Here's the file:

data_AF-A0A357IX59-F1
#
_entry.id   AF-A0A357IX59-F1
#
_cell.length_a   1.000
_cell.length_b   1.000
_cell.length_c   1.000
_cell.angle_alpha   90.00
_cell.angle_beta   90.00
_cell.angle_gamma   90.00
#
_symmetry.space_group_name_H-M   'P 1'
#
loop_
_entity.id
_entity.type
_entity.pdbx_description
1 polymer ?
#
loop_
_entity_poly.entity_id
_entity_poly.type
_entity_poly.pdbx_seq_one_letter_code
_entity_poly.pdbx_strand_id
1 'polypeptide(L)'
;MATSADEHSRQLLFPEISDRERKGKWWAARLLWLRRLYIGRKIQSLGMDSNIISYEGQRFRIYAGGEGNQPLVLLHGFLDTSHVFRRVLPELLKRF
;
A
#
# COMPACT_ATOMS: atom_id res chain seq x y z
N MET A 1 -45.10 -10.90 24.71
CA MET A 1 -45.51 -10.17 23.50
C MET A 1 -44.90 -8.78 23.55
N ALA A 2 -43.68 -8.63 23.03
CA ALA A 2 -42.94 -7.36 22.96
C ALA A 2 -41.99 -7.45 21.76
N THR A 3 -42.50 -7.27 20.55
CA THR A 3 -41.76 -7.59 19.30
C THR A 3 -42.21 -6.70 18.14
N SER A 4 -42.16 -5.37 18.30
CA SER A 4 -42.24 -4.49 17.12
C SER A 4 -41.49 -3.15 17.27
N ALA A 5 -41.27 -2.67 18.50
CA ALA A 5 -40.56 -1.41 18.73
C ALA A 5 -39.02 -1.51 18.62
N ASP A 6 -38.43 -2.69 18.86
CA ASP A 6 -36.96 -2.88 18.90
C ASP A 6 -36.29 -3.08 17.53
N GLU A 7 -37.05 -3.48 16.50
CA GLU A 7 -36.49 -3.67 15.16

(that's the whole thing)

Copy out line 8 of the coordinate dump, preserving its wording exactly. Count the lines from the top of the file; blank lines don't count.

_cell.angle_alpha   90.00